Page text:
The state health department said Tuesday it has been getting so much traffic to its online cancer-environmental facilities map unveiled Monday that it is upgrading its server to speed up access.
Using 2003-07 data from the New York State Cancer Registry and the state Department of Environmental Conservation, the map, believed to be the first of its kind, allows people to search for the number of cases of the 23 most common cancers in a census block, the smallest area measured by the U.S. Census.
It also marks any of 15 types of environmental facilities in the area. These include chemical storage areas or hazardous waste sites, but draws no link between those sites and cancer cases and should be interpreted with caution, some scientists and advocates say.
Health department spokeswoman Diane Mathis said there were about 20,000 visits Monday to the map website.
"Based on the traffic to our main public website and the slow response of the map application, we think the demand has been even greater today," Mathis said Tuesday.
She said the department hopes the new server will be operational Wednesday morning.
"Right now, we're in the novelty stage; it will level off in the future," Mathis said of the traffic to the site. She said the health department did not get additional manpower or money to implement the map, mandated by legislation passed two year ago.
"It's extremely important," she said. "It will give scientists information they so desperately need."
But scientists, while also praising the state for making the information public, cautioned that the data had to be interpreted carefully.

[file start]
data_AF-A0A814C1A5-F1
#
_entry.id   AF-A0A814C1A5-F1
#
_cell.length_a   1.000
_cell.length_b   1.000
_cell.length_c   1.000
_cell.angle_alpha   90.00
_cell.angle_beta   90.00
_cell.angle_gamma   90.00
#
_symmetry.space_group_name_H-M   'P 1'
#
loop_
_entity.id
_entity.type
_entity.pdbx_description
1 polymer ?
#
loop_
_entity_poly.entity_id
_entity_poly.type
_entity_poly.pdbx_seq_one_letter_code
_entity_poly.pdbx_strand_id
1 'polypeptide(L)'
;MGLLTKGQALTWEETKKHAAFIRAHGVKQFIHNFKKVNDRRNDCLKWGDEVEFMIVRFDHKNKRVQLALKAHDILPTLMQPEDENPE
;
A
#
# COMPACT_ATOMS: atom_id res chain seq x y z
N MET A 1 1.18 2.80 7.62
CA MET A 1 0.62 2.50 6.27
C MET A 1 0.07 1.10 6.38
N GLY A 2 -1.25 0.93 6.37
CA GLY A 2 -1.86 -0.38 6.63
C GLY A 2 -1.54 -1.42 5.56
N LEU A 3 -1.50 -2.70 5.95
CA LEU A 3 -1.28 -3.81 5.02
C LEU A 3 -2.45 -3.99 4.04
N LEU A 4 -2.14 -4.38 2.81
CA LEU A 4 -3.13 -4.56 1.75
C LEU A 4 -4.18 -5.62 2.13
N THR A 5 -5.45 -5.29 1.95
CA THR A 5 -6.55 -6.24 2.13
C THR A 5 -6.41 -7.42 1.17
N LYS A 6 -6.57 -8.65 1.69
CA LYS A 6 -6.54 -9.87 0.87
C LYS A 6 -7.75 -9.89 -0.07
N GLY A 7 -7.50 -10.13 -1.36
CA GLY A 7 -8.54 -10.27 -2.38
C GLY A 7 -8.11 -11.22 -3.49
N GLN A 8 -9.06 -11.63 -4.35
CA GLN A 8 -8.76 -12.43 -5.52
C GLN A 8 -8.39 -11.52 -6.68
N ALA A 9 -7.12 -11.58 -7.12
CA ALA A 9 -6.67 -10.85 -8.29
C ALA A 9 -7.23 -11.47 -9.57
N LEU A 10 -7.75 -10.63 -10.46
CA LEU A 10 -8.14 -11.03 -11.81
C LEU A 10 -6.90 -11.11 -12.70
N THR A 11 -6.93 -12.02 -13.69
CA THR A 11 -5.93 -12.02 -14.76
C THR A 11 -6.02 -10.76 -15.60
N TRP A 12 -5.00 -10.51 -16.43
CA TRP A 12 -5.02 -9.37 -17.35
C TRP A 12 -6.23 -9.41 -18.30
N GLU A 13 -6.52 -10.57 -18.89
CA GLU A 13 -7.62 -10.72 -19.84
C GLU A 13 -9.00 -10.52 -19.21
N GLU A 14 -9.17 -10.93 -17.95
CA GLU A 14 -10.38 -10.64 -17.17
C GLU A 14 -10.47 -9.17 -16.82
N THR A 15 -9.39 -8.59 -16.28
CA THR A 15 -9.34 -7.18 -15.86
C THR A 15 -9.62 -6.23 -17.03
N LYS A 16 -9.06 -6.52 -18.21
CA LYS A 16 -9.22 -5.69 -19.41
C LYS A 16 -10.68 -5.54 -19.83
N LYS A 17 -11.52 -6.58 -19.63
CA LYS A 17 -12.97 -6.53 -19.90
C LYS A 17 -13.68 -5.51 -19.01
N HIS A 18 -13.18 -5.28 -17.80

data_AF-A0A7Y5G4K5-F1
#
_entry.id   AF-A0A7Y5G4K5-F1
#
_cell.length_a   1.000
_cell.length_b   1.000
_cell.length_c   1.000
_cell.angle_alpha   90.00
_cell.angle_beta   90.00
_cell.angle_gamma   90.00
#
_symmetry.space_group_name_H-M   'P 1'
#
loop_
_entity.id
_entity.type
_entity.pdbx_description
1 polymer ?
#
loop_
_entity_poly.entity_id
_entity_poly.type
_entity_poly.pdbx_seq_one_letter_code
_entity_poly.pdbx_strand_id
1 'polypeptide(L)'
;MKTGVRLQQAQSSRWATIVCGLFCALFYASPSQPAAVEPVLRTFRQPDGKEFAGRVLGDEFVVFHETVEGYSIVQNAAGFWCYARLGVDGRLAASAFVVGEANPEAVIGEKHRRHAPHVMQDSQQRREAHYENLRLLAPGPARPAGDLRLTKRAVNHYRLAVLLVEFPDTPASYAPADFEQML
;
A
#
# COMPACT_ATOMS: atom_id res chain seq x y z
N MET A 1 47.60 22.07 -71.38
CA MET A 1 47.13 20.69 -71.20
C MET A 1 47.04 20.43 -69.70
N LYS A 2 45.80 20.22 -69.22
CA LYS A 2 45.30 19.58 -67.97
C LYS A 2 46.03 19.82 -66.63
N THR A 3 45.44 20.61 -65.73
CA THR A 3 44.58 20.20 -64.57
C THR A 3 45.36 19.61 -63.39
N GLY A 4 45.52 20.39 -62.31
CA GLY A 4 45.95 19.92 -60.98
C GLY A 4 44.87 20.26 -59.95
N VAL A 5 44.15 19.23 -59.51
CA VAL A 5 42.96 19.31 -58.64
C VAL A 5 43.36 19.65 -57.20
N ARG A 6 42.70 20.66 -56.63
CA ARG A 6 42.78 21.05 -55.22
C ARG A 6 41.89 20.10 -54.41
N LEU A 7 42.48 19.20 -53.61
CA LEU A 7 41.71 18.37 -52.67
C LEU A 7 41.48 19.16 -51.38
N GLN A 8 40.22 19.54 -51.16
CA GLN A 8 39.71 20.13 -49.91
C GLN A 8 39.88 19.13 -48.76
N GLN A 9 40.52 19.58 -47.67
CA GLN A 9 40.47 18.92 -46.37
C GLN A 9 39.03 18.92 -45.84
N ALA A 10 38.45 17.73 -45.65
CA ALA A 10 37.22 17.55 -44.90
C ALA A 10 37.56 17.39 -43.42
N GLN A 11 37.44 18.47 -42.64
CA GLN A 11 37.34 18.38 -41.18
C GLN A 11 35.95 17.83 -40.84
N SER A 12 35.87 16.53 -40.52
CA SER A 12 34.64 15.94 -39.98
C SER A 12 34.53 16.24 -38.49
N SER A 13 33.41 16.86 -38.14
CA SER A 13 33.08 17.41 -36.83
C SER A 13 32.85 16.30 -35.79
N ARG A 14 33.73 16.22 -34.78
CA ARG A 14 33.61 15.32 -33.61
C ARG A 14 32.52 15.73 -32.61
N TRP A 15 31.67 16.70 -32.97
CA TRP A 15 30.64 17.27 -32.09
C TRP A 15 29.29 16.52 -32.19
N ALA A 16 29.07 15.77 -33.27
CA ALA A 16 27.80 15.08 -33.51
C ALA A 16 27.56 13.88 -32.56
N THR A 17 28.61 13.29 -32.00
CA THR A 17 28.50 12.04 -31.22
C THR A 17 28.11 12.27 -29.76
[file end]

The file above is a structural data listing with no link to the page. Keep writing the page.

"I think in general it's useful to have this level of data released," said Jaymie Meliker, an environmental epidemiologist in the department of preventive medicine at Stony Brook University Medical Center.
But Meliker said the map would be more helpful if it listed cancer rates - not just the number of cancer cases - in a census block, which are more easily compared with statewide or county cancer rates. And he said it would be useful to have this overlaid with other information such as socioeconomics, ethnicity and age, all of which can be risk factors for cancer.
Both he and Dr. Daniel Budman, associate director of oncology at the Monter Cancer Center of the North Shore-LIJ Health System, also said looking at small numbers in small geographic areas can be misleading.
"You have to be very, very careful looking at very tiny populations," Budman said. "If you find a super rare tumor and if there's incredible density, you might be worried." But otherwise a high number of cases could represent a "statistical fluke," he said.
The map is one of several online tools the state provides to track cancer cases throughout New York. Cancer rates - the number of cases per 100,000 people - are available by county, along with the number of cases in every ZIP code in the state.
The New York Department of Health has provided an online map showing cancer numbers by census tract for 2003-07. It also shows all environmental facilities in or near a specific neighborhood - for instance, the ones we've chosen to illustrate in Centereach and West Hempstead. The map comes with a long list of reasons why users must be careful in interpreting the information, including that the map doesn't take into account risk factors or provide information on whether chemicals are actually released from the environmental sites.
To access the map, go to newsday.com/health